Sunday, November 25, 2018
Hi Ladies (and Derek :) (I have one male reader that I know of),
How was your weekend? Mine was great I had the whole weekend off from the restaurant, much as I love my work there it was so nice to have time stretching out in front of me with nowhere I had to be.
Anyway, I'm popping in here on Sunday evening because I have time and energy to do so! And because I want to ask your opinion about something.
Last week I had my first business coaching session with The Content Coach aka Jo Johnson.
Jo and I have actually known each other since our twenties, we met through boyfriends at the time, we all went our separate ways and I reconnected with Jo when we realised we were both living on the Peninsula.
Jo had a successful corporate career and now has a great business working for herself as an author, writing coach and marketing mentor.
The session was so helpful for getting clarity and direction on what should come first in my long list of business ideas, projects and opportunities, and how I should focus my time. Focus being the operative word.
Here's the thing I want your opinion on:
I talked to Jo about wanting to write a series of books and to develop writing workshops, namely a workshop titled Write To Heal, and whether or not I should continue blogging under the Wholefood Mama 'brand' or switch to my name and develop my 'platform' rebranding to Nikki Fisher.
The whole topic feels slightly weird to talk about but as I know some of my most dedicated readers here are dear friends whose expertise and opinions I value I thought I'd put it out here to you, my readers :)
What do you think?
Continue as Wholefood Mama or switch and put myself out there as Nikki Fisher?
I've definitely outgrown writing about what to put in lunchboxes #spareme but I still kind of like being the Wholefood Mama, I still think it sums up to some degree who I am.
Jo thinks it is time to let it go and be more of Nikki. #abitscary
Love your thoughts. Email me email@example.com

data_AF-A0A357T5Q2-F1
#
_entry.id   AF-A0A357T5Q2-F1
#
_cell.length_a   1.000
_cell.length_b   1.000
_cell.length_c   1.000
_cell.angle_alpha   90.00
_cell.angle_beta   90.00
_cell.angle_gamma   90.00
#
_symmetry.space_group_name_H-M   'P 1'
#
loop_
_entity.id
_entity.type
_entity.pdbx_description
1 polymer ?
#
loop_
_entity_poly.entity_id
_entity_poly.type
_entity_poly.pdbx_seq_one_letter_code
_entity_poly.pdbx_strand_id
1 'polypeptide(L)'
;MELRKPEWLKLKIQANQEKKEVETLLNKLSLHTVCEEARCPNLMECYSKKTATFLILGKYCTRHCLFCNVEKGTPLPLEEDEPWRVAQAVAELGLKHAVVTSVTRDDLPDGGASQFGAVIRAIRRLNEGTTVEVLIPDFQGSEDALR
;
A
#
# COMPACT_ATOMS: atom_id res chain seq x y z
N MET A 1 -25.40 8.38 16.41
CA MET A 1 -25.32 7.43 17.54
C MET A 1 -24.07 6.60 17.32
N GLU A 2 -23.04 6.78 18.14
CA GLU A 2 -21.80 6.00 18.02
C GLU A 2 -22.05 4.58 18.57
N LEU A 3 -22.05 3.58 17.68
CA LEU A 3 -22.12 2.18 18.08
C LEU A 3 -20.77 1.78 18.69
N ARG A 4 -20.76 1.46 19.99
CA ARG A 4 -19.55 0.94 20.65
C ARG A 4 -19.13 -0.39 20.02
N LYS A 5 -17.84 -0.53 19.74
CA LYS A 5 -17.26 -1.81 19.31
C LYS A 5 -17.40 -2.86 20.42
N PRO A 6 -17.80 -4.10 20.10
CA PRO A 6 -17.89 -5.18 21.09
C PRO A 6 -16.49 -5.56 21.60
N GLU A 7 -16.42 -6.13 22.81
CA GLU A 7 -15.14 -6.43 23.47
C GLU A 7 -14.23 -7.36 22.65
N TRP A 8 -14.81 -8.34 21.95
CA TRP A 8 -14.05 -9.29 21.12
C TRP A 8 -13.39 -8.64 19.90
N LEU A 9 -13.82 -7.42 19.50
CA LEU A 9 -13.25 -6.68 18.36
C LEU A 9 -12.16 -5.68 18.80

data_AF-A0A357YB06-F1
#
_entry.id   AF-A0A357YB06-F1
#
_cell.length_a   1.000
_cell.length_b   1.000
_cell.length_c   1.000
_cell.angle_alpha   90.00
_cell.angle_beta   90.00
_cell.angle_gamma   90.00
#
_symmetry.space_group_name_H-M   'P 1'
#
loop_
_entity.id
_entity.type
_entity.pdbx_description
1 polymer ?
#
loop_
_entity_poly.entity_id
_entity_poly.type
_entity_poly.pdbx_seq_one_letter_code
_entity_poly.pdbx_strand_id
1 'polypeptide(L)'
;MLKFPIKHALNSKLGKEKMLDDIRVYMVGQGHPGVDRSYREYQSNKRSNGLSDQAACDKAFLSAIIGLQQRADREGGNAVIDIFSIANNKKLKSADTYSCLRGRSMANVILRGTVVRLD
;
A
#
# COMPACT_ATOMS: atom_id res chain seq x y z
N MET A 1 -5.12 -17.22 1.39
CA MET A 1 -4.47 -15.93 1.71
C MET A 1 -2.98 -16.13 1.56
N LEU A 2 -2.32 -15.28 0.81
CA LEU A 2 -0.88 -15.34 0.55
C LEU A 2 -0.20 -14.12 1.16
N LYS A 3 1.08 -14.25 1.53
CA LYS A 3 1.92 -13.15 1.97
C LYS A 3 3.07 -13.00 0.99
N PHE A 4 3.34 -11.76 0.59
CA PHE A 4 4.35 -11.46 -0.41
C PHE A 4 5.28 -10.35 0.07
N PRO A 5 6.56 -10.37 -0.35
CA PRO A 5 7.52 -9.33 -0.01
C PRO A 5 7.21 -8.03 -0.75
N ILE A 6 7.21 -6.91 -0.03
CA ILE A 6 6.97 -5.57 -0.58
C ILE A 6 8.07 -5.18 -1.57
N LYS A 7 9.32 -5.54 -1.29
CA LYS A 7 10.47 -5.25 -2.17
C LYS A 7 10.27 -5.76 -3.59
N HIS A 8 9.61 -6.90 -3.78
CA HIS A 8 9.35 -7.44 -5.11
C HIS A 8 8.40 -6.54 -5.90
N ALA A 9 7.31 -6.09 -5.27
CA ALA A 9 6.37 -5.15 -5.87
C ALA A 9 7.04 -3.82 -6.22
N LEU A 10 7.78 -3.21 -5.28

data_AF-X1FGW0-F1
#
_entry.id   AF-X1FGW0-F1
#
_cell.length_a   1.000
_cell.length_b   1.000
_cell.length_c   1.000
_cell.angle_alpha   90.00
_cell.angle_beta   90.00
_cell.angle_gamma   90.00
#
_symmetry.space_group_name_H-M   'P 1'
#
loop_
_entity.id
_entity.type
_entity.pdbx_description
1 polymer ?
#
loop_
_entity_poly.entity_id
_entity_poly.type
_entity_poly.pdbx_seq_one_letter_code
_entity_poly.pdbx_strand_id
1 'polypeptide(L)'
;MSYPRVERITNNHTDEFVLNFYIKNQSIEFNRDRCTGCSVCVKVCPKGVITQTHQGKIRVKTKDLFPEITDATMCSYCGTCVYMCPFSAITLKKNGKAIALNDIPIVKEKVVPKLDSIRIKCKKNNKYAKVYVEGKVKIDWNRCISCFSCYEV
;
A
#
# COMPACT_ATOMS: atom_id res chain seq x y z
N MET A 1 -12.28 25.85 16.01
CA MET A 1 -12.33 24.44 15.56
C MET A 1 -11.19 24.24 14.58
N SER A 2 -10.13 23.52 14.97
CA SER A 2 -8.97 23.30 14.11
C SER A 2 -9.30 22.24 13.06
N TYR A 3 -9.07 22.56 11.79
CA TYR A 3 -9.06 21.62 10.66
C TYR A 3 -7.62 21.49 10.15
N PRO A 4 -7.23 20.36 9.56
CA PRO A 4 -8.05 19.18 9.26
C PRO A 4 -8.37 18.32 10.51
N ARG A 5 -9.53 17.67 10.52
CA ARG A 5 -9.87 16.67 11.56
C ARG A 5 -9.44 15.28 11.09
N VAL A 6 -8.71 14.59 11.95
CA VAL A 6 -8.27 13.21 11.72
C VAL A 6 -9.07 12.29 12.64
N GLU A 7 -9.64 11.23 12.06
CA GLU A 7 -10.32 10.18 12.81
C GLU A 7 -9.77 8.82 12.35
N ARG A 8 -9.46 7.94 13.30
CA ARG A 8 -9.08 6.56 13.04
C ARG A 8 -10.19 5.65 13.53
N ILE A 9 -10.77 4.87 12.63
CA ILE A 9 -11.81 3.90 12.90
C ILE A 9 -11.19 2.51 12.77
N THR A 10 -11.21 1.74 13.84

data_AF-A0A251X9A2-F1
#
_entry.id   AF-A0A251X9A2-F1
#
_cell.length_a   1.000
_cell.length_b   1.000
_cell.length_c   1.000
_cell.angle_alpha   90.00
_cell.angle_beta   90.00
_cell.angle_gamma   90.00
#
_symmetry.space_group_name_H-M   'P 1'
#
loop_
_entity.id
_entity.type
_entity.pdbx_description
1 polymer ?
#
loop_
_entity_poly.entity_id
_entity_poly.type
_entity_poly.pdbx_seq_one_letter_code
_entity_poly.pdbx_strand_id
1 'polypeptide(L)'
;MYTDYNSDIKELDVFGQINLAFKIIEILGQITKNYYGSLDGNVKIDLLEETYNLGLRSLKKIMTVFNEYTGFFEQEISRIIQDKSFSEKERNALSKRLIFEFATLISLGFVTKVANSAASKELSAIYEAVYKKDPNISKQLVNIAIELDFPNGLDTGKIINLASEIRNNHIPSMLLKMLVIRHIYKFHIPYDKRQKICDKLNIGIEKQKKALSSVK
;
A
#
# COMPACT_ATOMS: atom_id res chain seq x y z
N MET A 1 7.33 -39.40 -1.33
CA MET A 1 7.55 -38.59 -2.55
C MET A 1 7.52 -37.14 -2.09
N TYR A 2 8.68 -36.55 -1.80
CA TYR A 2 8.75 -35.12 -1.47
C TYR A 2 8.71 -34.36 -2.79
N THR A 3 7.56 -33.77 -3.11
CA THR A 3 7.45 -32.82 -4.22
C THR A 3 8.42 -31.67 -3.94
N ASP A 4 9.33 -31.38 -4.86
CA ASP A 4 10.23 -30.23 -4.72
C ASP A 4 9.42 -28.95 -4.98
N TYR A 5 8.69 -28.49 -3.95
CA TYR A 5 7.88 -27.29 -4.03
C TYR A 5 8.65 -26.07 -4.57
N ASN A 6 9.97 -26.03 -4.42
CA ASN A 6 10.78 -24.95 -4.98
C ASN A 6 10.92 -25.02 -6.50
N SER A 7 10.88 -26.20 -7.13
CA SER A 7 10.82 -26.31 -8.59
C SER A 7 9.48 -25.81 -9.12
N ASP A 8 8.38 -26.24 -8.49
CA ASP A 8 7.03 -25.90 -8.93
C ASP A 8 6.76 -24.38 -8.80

photo is me in kindergarten circa 1978
Thursday, November 22, 2018
Are you addicted to your phone?
Go on be honest.
Perhaps you don't think you are but if you really paid attention to how much time you spend scrolling or how you take your phone absolutely everywhere you go, then maybe, just maybe you'd think 'hmmmm I'm actually super distracted by my phone'.
A little while ago River (my 12 year old son) came up with the idea that we should all do personal challenges, "Mum I think yours should be not using your phone for a whole day".
Ouch. That kind of stung a little. Is my phone use really dominating my day and my attention?
I think it is.
So much communicating between mums happens via text and through apps - drop offs, pick ups, sports practice, school activities often all that information requires me to be looking at my phone, or paying attention to it while I'm doing something else as I wait for the beep of a reply.
Social media is a whole other story of distraction that is up to me to keep in check.
I have certainly burnt toast while falling down the social media rabbit hole but I'm sure much worse things have happened because focus is on the screen and not on what is happening in the room.
One thing I'm really glad about is that Instagram wasn't invented when I was breastfeeding my babies. No mother blame, guilt or shame intended here!! But if it had of been I could imagine myself tempted in the depth of the night breast feeding and scrolling over the top of my baby's head for hours.